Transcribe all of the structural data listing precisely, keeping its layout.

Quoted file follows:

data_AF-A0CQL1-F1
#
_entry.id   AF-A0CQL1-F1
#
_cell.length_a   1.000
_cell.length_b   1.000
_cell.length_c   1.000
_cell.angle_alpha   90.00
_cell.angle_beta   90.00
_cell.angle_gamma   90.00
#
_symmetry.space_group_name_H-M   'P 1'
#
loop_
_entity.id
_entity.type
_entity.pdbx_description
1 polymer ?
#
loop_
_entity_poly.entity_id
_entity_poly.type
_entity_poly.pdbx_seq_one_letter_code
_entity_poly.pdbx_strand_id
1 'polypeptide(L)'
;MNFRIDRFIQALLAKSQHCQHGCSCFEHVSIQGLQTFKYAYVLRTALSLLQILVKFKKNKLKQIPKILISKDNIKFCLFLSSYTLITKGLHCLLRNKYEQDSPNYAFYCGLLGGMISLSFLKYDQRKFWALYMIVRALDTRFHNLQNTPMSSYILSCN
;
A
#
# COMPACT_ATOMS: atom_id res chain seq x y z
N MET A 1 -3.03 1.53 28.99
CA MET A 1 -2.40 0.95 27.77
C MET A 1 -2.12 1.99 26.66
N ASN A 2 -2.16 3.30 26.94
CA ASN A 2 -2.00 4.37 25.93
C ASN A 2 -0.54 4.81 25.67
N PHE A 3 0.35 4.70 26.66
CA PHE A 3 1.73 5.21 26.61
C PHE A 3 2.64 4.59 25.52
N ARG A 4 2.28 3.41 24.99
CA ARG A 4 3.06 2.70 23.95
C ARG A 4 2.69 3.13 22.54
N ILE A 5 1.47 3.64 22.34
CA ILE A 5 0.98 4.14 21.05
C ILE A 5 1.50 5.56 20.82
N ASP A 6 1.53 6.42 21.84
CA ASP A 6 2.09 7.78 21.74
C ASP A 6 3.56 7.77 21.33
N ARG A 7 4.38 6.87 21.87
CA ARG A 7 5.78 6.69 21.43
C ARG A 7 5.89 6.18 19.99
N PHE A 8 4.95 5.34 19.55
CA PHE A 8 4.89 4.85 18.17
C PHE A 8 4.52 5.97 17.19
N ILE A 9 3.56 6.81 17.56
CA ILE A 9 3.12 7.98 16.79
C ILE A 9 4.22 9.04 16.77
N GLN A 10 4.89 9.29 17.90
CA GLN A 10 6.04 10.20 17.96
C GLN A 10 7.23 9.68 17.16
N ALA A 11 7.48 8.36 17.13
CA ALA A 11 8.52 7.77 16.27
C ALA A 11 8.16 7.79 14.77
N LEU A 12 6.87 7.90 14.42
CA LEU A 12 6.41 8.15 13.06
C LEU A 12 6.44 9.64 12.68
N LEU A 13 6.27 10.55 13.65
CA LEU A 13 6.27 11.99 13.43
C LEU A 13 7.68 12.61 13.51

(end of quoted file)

data_AF-A0CQL1-F1
#
_entry.id   AF-A0CQL1-F1
#
_cell.length_a   1.000
_cell.length_b   1.000
_cell.length_c   1.000
_cell.angle_alpha   90.00
_cell.angle_beta   90.00
_cell.angle_gamma   90.00
#
_symmetry.space_group_name_H-M   'P 1'
#
loop_
_entity.id
_entity.type
_entity.pdbx_description
1 polymer ?
#
loop_
_entity_poly.entity_id
_entity_poly.type
_entity_poly.pdbx_seq_one_letter_code
_entity_poly.pdbx_strand_id
1 'polypeptide(L)'
;MNFRIDRFIQALLAKSQHCQHGCSCFEHVSIQGLQTFKYAYVLRTALSLLQILVKFKKNKLKQIPKILISKDNIKFCLFLSSYTLITKGLHCLLRNKYEQDSPNYAFYCGLLGGMISLSFLKYDQRKFWALYMIVRALDTRFHNLQNTPMSSYILSCN
;
A
#
# COMPACT_ATOMS: atom_id res chain seq x y z
N MET A 1 -3.03 1.53 28.99
CA MET A 1 -2.40 0.95 27.77
C MET A 1 -2.12 1.99 26.66
N ASN A 2 -2.16 3.30 26.94
CA ASN A 2 -2.00 4.37 25.93
C ASN A 2 -0.54 4.81 25.67
N PHE A 3 0.35 4.70 26.66
CA PHE A 3 1.73 5.21 26.61
C PHE A 3 2.64 4.59 25.52
N ARG A 4 2.28 3.41 24.99
CA ARG A 4 3.06 2.70 23.95
C ARG A 4 2.69 3.13 22.54
N ILE A 5 1.47 3.64 22.34
CA ILE A 5 0.98 4.14 21.05
C ILE A 5 1.50 5.56 20.82
N ASP A 6 1.53 6.42 21.84
CA ASP A 6 2.09 7.78 21.74
C ASP A 6 3.56 7.77 21.33
N ARG A 7 4.38 6.87 21.87
CA ARG A 7 5.78 6.69 21.43
C ARG A 7 5.89 6.18 19.99
N PHE A 8 4.95 5.34 19.55
CA PHE A 8 4.89 4.85 18.17
C PHE A 8 4.52 5.97 17.19
N ILE A 9 3.56 6.81 17.56
CA ILE A 9 3.12 7.98 16.79
C ILE A 9 4.22 9.04 16.77
N GLN A 10 4.89 9.29 17.90
CA GLN A 10 6.04 10.20 17.96
C GLN A 10 7.23 9.68 17.16
N ALA A 11 7.48 8.36 17.13
CA ALA A 11 8.52 7.77 16.27
C ALA A 11 8.16 7.79 14.77
N LEU A 12 6.87 7.90 14.42
CA LEU A 12 6.41 8.15 13.06
C LEU A 12 6.44 9.64 12.68
N LEU A 13 6.27 10.55 13.65
CA LEU A 13 6.27 11.99 13.43
C LEU A 13 7.68 12.61 13.51